Dear Fellow Special Needs Parents,
What I am going to say is going to sound harsh, but every once in a while we all need a little dose of reality, don’t we? I am here to tell you, no to beg you, to stop saying you have PTSD. As special needs parents, we do not have Post Traumatic Stress Disorder. And I’ve become really tired of hearing everyone say we do.
Now, before you start throwing garbage my way, hear me out.
I want us to stop saying we have PTSD because we don’t. I am here to theorize that we have CTSD instead.
“CTSD, what the heck is that?”
Well, let me be honest. I used to use the term PTSD freely when talking about my issues surrounding Austen’s disorder. It’s what my therapist called it, after all. I used it up until very recently. Like three days ago.
But this weekend I had the opportunity to spend some time with other Dravet parents, and something one of them said struck me right in my heart. She said she hated it when people referred to what we go through as PTSD because there is nothing post about it. What special needs parents go through is not precisely Post Traumatic Stress Disorder. Instead, it’s Chronic Traumatic Stress Disorder. And I am grateful I have that C.
Can you please put down that rotten apple now?
You see, we never get to “post” portion of PTSD when living with a special needs child. It’s chronic because it is continuous.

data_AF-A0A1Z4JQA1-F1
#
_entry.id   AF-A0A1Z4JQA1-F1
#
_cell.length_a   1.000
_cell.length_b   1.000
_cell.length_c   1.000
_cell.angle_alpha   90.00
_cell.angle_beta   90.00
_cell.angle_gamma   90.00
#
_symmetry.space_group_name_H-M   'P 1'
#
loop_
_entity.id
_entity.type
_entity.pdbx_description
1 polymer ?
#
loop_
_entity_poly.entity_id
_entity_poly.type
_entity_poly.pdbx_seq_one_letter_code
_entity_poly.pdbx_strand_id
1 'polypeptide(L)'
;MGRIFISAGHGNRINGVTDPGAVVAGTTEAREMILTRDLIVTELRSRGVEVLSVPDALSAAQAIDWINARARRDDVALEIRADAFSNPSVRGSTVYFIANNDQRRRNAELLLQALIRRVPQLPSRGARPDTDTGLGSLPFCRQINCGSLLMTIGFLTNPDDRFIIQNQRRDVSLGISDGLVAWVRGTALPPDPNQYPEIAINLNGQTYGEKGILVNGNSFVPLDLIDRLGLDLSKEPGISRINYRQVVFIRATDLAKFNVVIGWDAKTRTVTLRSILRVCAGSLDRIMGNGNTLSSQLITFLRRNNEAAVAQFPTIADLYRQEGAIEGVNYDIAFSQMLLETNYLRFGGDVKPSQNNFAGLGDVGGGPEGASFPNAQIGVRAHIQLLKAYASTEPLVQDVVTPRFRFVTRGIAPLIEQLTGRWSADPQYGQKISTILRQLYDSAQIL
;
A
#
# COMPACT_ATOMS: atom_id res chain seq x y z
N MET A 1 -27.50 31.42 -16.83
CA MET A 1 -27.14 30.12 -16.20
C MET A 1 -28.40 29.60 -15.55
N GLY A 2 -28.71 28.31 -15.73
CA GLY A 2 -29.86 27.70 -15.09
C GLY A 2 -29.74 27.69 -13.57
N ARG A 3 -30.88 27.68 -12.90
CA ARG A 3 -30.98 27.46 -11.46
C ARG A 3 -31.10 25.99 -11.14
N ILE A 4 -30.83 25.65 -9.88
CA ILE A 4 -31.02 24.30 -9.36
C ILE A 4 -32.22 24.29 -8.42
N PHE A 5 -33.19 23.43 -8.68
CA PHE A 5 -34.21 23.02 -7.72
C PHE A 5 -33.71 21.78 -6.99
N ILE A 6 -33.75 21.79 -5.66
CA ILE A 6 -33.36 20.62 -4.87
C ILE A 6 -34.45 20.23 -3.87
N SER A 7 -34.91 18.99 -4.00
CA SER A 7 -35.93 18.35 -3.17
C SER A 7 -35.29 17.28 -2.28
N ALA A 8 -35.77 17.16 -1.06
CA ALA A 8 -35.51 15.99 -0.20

We’re always worried about the next doctor’s appointment, seizure, or surgery.
We never know what the next call from school will bring, or even if they will get to go that day.
There is never a time when we can take a deep breath and know the worst of it is behind us.
The life of a special needs parent is a continuous cycle of anxiety and trauma. Even on our good days, we worry about when the next bad one will come. Even the happy memories are invariably tinged by fear, guilt, and stress. If you think this is a crappy way to live, you are right. But it’s the cards we are dealt, and we keep dredging through because we have to be strong. We have to be there for our kids. We are their biggest advocates; it is our job to do our best to make our bad days better.
It’s not always easy to dry our tears in order to hug them through theirs. Sometimes it simply isn’t possible, and we cry right along with them.
Some of us go to therapy. Some of us are medicated. Some of us run, some of us live in denial. We all cope in our own ways, and no two of our stories are the same. But we each deal with it, some way or another. We each feel the burden and pain that we can’t quite seem to thoroughly shake, but we’re scared to admit we have.
So please, special needs parents, stop saying you have PTSD. Friends, family, stop telling special needs parents they have PTSD. Admit that it’s chronic. That you aren’t past it, and you’re honestly grateful, you’re not. Because if we were in the post-stage, it would mean that our kids are not here any longer. Some day that stage might come for us, and we will miss this C stage. We will miss those hugs and kisses, the worrying and the waking up throughout the night.
Dear special needs parents, I know our lives are hard. I know our loads are heavy. But I’m here to say I’m thankful to be living in the “chronic”. Because I don’t want to think about how my life will be in the “post”.
This post contains some affiliate links. You can find out more about affiliate links on the Disclosure and Policies page.